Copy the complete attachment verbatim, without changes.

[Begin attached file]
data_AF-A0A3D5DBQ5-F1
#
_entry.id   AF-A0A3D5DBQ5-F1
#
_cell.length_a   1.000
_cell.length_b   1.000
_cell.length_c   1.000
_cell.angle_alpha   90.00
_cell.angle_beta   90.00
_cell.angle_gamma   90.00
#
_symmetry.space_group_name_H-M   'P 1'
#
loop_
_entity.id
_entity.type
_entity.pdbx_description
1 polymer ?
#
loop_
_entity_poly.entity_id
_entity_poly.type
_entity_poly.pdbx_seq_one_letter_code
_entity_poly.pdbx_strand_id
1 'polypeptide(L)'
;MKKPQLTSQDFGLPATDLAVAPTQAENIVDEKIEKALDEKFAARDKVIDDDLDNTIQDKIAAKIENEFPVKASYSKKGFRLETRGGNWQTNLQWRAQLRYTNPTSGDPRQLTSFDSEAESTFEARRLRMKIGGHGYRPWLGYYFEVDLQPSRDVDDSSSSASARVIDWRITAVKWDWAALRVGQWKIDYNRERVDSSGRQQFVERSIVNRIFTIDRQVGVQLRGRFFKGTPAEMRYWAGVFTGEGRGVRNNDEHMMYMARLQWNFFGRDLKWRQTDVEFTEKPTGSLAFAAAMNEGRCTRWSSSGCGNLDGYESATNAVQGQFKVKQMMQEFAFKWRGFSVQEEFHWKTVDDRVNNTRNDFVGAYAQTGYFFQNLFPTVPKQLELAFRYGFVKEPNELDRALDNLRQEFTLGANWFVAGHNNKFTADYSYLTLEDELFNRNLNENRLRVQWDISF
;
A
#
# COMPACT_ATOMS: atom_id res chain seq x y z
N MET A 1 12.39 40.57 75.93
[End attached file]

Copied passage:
data_AF-A0A3D5DBQ5-F1
#
_entry.id   AF-A0A3D5DBQ5-F1
#
_cell.length_a   1.000
_cell.length_b   1.000
_cell.length_c   1.000
_cell.angle_alpha   90.00
_cell.angle_beta   90.00
_cell.angle_gamma   90.00
#
_symmetry.space_group_name_H-M   'P 1'
#
loop_
_entity.id
_entity.type
_entity.pdbx_description
1 polymer ?
#
loop_
_entity_poly.entity_id
_entity_poly.type
_entity_poly.pdbx_seq_one_letter_code
_entity_poly.pdbx_strand_id
1 'polypeptide(L)'
;MKKPQLTSQDFGLPATDLAVAPTQAENIVDEKIEKALDEKFAARDKVIDDDLDNTIQDKIAAKIENEFPVKASYSKKGFRLETRGGNWQTNLQWRAQLRYTNPTSGDPRQLTSFDSEAESTFEARRLRMKIGGHGYRPWLGYYFEVDLQPSRDVDDSSSSASARVIDWRITAVKWDWAALRVGQWKIDYNRERVDSSGRQQFVERSIVNRIFTIDRQVGVQLRGRFFKGTPAEMRYWAGVFTGEGRGVRNNDEHMMYMARLQWNFFGRDLKWRQTDVEFTEKPTGSLAFAAAMNEGRCTRWSSSGCGNLDGYESATNAVQGQFKVKQMMQEFAFKWRGFSVQEEFHWKTVDDRVNNTRNDFVGAYAQTGYFFQNLFPTVPKQLELAFRYGFVKEPNELDRALDNLRQEFTLGANWFVAGHNNKFTADYSYLTLEDELFNRNLNENRLRVQWDISF
;
A
#
# COMPACT_ATOMS: atom_id res chain seq x y z
N MET A 1 12.39 40.57 75.93